The Lutheran, December 2009
A monthly column by Presiding Bishop Mark S. Hanson
Addressing our restlessness
God does the unexpected: A Savior is born
Restless. There is a restlessness in the church, in the land, in many souls. It is difficult to identify its source, perhaps because it springs forth from many places.
People feel restless when they are told the economic downturn has leveled off, yet they and those they love continue to face unemployment, foreclosures, depleted retirement resources and diminishing hope.
I sense a growing restlessness in this church. Some are wearied by the seeming preoccupation with human sexuality. Some wonder if they still belong, while others wait for the full implementation of the Churchwide Assembly's actions.
Restlessness often follows unmet expectations: of leaders, of God, of ourselves. At a recent theological conference, someone shared this helpful statement: "Unspoken expectations are resentments in waiting."
Restlessness may be related to the loss of a sense of purpose: for our personal lives, in our ministries, as the ELCA.
Finally, restlessness can be a sign of the breakdown of trust and confidence in leaders, in the church, or even in God's faithfulness to God's promises.
Think how often in Scripture the people of God become restless. Wandering through the wilderness in the infancy of their freedom, they became restless for food and the security of their taskmasters in Egypt. Restless during years of exile in Babylon, they began to lose confidence in the promise that God would bring them home.
Beneath much of our restlessness is the question of whether God can be trusted: will God be faithful to God's promise to be constant in mercy and steadfast in love? In our restlessness we are drawn to other gods for security—a golden calf, financial investments, a political ideology.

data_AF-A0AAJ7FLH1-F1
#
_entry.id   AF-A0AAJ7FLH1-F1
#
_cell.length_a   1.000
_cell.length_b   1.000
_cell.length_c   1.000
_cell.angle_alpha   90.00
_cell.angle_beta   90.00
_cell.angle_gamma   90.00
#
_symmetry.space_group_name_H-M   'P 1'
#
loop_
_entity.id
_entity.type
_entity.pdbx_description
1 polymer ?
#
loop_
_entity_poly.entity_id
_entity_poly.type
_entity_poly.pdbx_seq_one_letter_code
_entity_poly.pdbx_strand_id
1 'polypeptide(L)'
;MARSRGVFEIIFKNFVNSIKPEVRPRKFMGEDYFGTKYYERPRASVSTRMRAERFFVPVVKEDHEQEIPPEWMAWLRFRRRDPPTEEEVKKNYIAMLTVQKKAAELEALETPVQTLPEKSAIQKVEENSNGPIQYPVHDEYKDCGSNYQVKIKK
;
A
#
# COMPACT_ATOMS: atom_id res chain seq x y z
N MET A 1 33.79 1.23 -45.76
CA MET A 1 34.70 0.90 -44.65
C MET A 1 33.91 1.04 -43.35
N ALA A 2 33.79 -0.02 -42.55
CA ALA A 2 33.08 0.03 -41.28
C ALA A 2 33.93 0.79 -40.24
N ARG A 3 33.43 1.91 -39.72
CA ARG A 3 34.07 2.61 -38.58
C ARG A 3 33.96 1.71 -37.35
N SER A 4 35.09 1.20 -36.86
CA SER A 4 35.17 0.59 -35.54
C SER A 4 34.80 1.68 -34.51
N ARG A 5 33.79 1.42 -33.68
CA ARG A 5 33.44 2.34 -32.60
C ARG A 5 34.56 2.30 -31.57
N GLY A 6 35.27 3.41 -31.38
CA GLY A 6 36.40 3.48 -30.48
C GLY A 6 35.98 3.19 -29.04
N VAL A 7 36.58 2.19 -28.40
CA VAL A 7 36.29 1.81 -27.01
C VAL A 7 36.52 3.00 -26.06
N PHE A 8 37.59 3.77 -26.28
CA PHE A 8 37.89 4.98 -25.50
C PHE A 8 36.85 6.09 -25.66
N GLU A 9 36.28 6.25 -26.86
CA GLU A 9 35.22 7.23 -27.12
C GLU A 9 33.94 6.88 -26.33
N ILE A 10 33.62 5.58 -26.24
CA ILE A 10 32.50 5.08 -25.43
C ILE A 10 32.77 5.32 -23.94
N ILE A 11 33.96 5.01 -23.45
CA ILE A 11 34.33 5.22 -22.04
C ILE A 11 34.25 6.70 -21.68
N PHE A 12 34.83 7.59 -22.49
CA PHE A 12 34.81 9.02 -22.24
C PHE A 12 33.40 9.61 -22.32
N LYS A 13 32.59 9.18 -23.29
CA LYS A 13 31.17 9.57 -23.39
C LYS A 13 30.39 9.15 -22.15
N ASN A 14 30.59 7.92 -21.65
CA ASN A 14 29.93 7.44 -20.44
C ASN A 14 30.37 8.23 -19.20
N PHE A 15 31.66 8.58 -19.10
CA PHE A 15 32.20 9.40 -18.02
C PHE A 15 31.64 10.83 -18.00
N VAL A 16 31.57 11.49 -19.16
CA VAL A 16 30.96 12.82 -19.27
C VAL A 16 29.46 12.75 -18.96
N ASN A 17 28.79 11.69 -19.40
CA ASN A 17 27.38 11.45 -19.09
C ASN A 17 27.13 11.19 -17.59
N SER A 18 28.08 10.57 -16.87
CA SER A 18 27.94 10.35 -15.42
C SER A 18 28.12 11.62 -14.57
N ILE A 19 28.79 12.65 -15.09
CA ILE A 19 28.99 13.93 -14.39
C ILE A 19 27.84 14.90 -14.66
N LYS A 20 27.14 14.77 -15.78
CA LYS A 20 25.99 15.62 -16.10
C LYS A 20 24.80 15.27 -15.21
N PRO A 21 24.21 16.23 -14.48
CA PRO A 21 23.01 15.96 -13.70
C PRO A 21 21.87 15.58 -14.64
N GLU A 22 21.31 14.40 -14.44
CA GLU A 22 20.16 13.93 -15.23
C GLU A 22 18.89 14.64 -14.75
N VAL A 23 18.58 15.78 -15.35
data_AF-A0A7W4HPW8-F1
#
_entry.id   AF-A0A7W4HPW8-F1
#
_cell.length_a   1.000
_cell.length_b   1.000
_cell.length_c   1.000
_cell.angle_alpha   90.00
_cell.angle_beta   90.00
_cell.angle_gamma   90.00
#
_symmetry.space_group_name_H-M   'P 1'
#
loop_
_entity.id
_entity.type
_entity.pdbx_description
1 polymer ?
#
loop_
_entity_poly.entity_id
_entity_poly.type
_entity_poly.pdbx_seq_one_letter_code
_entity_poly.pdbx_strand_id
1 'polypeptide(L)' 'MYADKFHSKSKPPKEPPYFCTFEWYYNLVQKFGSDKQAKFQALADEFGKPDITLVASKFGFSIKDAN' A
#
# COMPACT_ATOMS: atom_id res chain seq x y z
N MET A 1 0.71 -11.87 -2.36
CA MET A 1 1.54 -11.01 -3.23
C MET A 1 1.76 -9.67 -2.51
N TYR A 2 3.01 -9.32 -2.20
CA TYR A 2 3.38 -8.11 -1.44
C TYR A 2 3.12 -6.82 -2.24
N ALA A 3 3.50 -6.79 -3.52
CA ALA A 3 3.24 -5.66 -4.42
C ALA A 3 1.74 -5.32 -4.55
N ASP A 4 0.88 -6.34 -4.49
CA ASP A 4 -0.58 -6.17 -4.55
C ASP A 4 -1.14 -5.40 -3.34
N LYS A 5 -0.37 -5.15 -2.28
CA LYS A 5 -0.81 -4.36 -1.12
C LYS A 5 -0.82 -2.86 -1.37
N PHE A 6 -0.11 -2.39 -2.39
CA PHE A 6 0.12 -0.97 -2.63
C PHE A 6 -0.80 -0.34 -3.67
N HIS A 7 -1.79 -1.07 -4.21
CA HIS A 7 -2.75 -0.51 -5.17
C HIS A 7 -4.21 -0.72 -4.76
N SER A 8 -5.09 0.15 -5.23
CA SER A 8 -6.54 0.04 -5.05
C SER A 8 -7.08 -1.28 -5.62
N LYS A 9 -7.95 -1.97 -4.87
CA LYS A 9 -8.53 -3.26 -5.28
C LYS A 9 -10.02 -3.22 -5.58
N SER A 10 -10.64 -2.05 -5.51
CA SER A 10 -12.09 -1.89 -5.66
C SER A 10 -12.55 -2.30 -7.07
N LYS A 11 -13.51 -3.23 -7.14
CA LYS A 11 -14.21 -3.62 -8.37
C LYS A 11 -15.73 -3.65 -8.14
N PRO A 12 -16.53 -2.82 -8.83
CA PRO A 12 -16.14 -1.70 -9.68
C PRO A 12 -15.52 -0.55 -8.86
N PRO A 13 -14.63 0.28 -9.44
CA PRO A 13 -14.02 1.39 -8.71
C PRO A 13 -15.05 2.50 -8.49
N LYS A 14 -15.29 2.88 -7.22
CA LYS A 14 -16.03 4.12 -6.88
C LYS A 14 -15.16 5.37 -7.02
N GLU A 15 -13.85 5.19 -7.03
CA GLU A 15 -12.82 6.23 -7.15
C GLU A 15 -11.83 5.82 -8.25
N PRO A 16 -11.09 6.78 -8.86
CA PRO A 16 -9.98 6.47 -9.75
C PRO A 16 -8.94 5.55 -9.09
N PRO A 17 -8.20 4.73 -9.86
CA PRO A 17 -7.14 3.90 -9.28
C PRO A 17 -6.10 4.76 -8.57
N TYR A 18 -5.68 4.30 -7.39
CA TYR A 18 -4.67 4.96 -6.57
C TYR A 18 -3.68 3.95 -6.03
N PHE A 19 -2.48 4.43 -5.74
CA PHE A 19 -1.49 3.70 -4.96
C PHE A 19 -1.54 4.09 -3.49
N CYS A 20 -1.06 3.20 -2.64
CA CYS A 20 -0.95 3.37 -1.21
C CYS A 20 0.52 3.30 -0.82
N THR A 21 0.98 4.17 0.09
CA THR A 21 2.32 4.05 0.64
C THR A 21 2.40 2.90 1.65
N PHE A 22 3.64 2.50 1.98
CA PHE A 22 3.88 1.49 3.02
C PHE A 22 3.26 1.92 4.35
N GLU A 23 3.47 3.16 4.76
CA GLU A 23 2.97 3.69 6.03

Our restlessness blinds our eyes to what God is doing. God, too, must be restless and impatient, waiting for God's people to trust. I can imagine God saying rather impatiently, "What more must I do to be worthy of this trust? I made a covenant with Abraham and Sarah. I sent Moses to Pharaoh. I provided manna in the wilderness, gave the law to Moses, brought them home from exile. Ruth witnessed, David wrote the Psalms, and the prophets spoke my word of judgment and hope."
It would be completely understandable if—given our restlessness, our faithlessness—God gave up. But God did not. God does not. God will not. It is God who does the unexpected. God bends low and meets us in the midst of our restlessness. John reminds us that the Word became "flesh and lived among us ... full of grace and truth."
This one, Jesus, born of Mary, whom the angels announced as Savior of the world, is God. Jesus responds to our restlessness, our faithlessness and our sinfulness in an unexpected way. While it might seem incredibly weak and foolish of God to take the path from a manger in Bethlehem to Golgotha's cross and an empty tomb, nothing less than having our full confidence and trust would have been good enough for God, who will be our God, just as promised. For this reason, Jesus lives, claims each of us in forgiving love through baptism, joins us to his body, nourishes us with his body and blood, and sends us into the world.
We are sent into a restless world that questions whether God can be trusted. You and I have something to say to this world. Our witness begins with a child born in humble circumstances in hard times and continues at the foot of the cross and Good Friday's aching loss, the restlessness and forsaken absence of Holy Saturday, and proclaims the new life in Christ of Easter Day.
Yes, by the Spirit's power, we confess this One can be trusted, for God is faithful to God's word of promise. So we confess with Augustine: "You have made us for yourself, O Lord, and our hearts are restless until they rest in you."
Mark S. Hanson